Ellis and the schools’ communications director said Monday that National Guard assistance would certainly help, not just with Test-To-Stay but likely with testing clinics throughout the valley.

Several parents wrote to the school board criticizing Test-To-Stay for discriminating against unvaccinated students.

Because omicron is infecting thousands of vaccinated people, critics said there shouldn’t be specific restrictions for those who haven’t taken the vaccine. And it’s not just the vaccine hesitant who are concerned: Due to Public Health’s limited capacity the majority of 5- to 11-year-olds still haven’t been able to complete their vaccine series in Teton County.

Trustee Scarlett also cast doubt about the efficacy of antigen tests, which is partly why he thinks people should just keep their children home rather than risk a false negative.

If students test positive, that result can be verified by a second test, but the same check isn’t there for negative tests.

Board Chairman Keith Gingery acknowledged Test-To-Stay has “some issues” on Jan. 12 but also said the double standard for unvaccinated and vaccinated students stems from the state’s quarantine policy, which requires unvaccinated students and staff who are exposed to stay home for five days. By testing daily, those unvaccinated people have a chance to stay in school.

“It’s busy for sure and takes quite a few people,” Ellis said of the program. “But it’s working.”

The school board will meet again Jan. 26 to reevaluate its mask policy.

For the first time in the pandemic, masks became optional on Jan. 3, and they stayed off until Jan. 13, when the board unanimously voted to reinstitute a temporary mandate.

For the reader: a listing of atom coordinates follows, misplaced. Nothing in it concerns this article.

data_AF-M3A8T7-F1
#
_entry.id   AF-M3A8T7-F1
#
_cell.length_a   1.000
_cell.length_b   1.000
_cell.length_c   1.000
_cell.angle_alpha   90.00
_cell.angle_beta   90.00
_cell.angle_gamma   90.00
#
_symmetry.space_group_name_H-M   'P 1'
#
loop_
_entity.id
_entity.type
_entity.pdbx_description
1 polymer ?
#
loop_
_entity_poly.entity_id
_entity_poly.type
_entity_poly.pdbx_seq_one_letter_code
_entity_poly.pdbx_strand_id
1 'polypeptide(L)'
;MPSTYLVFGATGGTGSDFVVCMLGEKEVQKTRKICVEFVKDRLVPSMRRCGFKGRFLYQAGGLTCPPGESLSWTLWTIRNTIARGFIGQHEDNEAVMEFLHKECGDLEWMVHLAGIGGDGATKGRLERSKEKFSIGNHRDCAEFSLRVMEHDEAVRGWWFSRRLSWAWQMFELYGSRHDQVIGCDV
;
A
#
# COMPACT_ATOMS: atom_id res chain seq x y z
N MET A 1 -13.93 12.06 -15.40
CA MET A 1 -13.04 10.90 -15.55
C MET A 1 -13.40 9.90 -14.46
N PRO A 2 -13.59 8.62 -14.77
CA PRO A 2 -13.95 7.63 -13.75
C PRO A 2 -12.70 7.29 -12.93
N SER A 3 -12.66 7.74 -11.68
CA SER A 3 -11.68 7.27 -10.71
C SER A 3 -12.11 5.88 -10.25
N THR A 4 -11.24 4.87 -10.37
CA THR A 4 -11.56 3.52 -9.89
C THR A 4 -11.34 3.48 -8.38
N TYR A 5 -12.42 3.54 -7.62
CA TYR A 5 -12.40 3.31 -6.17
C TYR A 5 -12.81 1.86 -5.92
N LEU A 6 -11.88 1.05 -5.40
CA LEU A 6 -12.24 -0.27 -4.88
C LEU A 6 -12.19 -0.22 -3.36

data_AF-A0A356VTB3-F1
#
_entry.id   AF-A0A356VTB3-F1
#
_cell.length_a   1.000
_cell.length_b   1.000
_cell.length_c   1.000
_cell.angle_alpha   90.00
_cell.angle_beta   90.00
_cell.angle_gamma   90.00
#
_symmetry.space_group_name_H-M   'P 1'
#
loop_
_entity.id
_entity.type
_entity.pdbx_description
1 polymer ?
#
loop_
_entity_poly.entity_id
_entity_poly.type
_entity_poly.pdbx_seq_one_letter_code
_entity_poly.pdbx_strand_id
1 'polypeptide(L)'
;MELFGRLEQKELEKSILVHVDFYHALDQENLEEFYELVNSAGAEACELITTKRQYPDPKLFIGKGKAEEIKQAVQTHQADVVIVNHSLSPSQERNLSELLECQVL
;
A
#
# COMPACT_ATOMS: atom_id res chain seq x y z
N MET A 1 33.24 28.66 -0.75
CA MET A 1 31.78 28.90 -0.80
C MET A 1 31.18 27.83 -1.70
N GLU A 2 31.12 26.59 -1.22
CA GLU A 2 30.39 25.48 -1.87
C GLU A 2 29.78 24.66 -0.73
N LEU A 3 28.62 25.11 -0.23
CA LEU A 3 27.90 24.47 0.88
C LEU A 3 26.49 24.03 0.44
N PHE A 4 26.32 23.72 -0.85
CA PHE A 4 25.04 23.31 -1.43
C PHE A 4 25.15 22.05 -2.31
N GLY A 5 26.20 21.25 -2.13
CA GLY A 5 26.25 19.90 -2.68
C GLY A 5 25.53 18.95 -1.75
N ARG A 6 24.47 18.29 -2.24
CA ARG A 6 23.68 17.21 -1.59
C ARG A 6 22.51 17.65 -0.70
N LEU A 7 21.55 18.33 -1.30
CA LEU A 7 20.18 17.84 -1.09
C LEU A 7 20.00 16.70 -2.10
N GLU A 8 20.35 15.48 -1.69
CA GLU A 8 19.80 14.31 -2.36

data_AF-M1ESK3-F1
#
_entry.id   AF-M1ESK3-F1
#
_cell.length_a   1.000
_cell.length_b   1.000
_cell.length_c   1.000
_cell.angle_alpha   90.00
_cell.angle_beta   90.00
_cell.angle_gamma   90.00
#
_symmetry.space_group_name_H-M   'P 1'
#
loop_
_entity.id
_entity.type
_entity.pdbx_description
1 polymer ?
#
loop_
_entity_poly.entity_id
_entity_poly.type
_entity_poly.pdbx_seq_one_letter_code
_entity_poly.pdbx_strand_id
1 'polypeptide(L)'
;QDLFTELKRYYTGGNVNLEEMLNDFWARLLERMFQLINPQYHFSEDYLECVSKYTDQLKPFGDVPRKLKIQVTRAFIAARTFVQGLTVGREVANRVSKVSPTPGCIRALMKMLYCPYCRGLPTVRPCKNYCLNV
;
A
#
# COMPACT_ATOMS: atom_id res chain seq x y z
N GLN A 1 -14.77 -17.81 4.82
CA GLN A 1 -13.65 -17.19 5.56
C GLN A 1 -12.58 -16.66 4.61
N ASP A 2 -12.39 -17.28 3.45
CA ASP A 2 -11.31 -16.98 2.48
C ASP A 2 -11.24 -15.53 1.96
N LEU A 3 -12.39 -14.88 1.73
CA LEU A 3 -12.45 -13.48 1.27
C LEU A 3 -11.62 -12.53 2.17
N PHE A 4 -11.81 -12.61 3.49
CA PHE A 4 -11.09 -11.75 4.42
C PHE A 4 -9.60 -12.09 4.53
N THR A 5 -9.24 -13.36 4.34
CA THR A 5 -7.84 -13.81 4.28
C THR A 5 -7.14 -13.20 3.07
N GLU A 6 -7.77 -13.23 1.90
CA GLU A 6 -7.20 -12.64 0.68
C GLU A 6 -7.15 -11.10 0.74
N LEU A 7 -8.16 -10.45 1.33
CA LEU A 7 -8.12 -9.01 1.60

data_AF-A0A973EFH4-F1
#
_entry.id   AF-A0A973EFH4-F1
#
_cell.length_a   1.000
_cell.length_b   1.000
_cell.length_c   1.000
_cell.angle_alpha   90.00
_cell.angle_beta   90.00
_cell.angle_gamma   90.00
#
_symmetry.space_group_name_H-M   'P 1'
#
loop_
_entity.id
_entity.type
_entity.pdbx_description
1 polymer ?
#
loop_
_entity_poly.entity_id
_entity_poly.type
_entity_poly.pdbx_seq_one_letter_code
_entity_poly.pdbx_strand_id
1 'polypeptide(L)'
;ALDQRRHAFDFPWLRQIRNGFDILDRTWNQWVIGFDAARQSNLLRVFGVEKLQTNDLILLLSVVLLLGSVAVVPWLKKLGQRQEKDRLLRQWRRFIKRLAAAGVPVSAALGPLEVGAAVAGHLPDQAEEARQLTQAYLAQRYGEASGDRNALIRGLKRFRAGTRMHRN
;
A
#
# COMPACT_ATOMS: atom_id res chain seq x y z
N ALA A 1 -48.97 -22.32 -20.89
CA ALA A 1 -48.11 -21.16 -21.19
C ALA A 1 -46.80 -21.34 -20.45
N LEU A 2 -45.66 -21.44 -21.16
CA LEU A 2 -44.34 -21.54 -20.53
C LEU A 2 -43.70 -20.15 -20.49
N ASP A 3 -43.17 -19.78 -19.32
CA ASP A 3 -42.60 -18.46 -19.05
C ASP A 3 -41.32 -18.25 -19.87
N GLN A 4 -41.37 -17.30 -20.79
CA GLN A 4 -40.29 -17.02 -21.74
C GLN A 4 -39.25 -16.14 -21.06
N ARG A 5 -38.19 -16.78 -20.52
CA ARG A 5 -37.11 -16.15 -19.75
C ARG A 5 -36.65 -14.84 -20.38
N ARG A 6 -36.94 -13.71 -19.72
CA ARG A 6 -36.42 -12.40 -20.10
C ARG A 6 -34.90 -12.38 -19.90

During that period, exposures ballooned: During the first week back an average 17 staff members were out each day for COVID infection or exposure; by week two, that average was 33. Students averaged 133 daily COVID absences in week one; by the end of week two that average was 256.

Last Thursday student COVID absences outnumbered non-COVID absences 303 to 285. That equates to 20% of the student body missing school, with 1 in 10 kids out because of the virus.

Test-To-Stay saw 50 people with 11 positives on Monday, double the program’s original positivity rate. Due to incubation periods those infections likely came during the mask-optional reopening, Ellis said.

Test-To-Stay allows students to remain in school while also helping prevent the spread of COVID-19, according to the Wyoming Health Department.

But so far, few school districts have picked up the program.

“We don’t have specific data on test-to-stay at this point or a definitive list of schools that may be working with that option,” department spokeswoman Kim Deti said in an email. “It’s my understanding that some schools in Albany and Fremont counties are working with this strategy.”

Albany County School District No. 1 started the program Jan. 5 along with a new optional masking policy, Laramie Live reported. Several Fremont school districts have changed operations in response to the omicron surge. COVID-19 testing is provided to staff and students “on a voluntary basis daily” at Fremont County School District No. 14.